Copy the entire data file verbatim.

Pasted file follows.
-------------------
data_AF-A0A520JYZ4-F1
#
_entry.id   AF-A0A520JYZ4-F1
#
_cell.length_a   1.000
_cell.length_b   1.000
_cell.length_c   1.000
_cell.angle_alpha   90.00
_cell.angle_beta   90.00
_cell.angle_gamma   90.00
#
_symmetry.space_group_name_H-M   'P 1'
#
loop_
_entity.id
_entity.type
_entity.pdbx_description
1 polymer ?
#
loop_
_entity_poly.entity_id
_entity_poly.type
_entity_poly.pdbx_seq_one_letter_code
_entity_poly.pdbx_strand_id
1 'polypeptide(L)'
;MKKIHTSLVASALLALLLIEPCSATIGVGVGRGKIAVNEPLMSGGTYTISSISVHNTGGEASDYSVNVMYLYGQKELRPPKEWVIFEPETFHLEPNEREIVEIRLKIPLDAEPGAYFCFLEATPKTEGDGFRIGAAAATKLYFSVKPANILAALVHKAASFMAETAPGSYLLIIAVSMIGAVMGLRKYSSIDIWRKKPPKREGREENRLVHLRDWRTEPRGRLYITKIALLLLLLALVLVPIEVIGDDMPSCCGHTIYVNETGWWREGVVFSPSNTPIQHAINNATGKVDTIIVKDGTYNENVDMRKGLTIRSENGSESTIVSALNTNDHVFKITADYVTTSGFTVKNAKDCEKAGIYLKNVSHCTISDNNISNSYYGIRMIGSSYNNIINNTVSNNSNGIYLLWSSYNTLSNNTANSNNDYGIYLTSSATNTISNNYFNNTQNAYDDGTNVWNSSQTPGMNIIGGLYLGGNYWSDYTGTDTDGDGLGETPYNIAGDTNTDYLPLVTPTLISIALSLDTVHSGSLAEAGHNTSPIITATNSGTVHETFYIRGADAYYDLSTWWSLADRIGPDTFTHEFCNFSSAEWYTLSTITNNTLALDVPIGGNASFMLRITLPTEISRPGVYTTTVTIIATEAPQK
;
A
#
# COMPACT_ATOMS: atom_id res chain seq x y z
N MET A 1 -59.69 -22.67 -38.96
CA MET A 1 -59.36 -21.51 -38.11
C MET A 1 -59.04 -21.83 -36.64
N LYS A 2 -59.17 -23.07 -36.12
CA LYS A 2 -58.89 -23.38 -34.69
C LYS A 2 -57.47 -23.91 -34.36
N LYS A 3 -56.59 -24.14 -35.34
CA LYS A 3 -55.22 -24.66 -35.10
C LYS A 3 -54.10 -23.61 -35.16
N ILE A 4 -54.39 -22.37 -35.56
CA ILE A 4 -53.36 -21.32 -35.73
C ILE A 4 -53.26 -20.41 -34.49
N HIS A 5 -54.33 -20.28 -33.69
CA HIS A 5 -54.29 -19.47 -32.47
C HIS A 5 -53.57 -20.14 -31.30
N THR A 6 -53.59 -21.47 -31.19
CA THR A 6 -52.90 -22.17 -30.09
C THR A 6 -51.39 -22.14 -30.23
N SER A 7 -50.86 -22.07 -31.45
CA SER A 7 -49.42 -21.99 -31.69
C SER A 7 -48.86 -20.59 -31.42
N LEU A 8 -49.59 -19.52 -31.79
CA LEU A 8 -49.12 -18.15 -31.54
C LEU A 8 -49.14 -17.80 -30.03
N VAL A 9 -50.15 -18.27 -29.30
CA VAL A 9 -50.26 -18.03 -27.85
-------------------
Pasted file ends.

data_AF-A0A520JYZ4-F1
#
_entry.id   AF-A0A520JYZ4-F1
#
_cell.length_a   1.000
_cell.length_b   1.000
_cell.length_c   1.000
_cell.angle_alpha   90.00
_cell.angle_beta   90.00
_cell.angle_gamma   90.00
#
_symmetry.space_group_name_H-M   'P 1'
#
loop_
_entity.id
_entity.type
_entity.pdbx_description
1 polymer ?
#
loop_
_entity_poly.entity_id
_entity_poly.type
_entity_poly.pdbx_seq_one_letter_code
_entity_poly.pdbx_strand_id
1 'polypeptide(L)'
;MKKIHTSLVASALLALLLIEPCSATIGVGVGRGKIAVNEPLMSGGTYTISSISVHNTGGEASDYSVNVMYLYGQKELRPPKEWVIFEPETFHLEPNEREIVEIRLKIPLDAEPGAYFCFLEATPKTEGDGFRIGAAAATKLYFSVKPANILAALVHKAASFMAETAPGSYLLIIAVSMIGAVMGLRKYSSIDIWRKKPPKREGREENRLVHLRDWRTEPRGRLYITKIALLLLLLALVLVPIEVIGDDMPSCCGHTIYVNETGWWREGVVFSPSNTPIQHAINNATGKVDTIIVKDGTYNENVDMRKGLTIRSENGSESTIVSALNTNDHVFKITADYVTTSGFTVKNAKDCEKAGIYLKNVSHCTISDNNISNSYYGIRMIGSSYNNIINNTVSNNSNGIYLLWSSYNTLSNNTANSNNDYGIYLTSSATNTISNNYFNNTQNAYDDGTNVWNSSQTPGMNIIGGLYLGGNYWSDYTGTDTDGDGLGETPYNIAGDTNTDYLPLVTPTLISIALSLDTVHSGSLAEAGHNTSPIITATNSGTVHETFYIRGADAYYDLSTWWSLADRIGPDTFTHEFCNFSSAEWYTLSTITNNTLALDVPIGGNASFMLRITLPTEISRPGVYTTTVTIIATEAPQK
;
A
#
# COMPACT_ATOMS: atom_id res chain seq x y z
N MET A 1 -59.69 -22.67 -38.96
CA MET A 1 -59.36 -21.51 -38.11
C MET A 1 -59.04 -21.83 -36.64
N LYS A 2 -59.17 -23.07 -36.12
CA LYS A 2 -58.89 -23.38 -34.69
C LYS A 2 -57.47 -23.91 -34.36
N LYS A 3 -56.59 -24.14 -35.34
CA LYS A 3 -55.22 -24.66 -35.10
C LYS A 3 -54.10 -23.61 -35.16
N ILE A 4 -54.39 -22.37 -35.56
CA ILE A 4 -53.36 -21.32 -35.73
C ILE A 4 -53.26 -20.41 -34.49
N HIS A 5 -54.33 -20.28 -33.69
CA HIS A 5 -54.29 -19.47 -32.47
C HIS A 5 -53.57 -20.14 -31.30
N THR A 6 -53.59 -21.47 -31.19
CA THR A 6 -52.90 -22.17 -30.09
C THR A 6 -51.39 -22.14 -30.23
N SER A 7 -50.86 -22.07 -31.45
CA SER A 7 -49.42 -21.99 -31.69
C SER A 7 -48.86 -20.59 -31.42
N LEU A 8 -49.59 -19.52 -31.79
CA LEU A 8 -49.12 -18.15 -31.54
C LEU A 8 -49.14 -17.80 -30.03
N VAL A 9 -50.15 -18.27 -29.30
CA VAL A 9 -50.26 -18.03 -27.85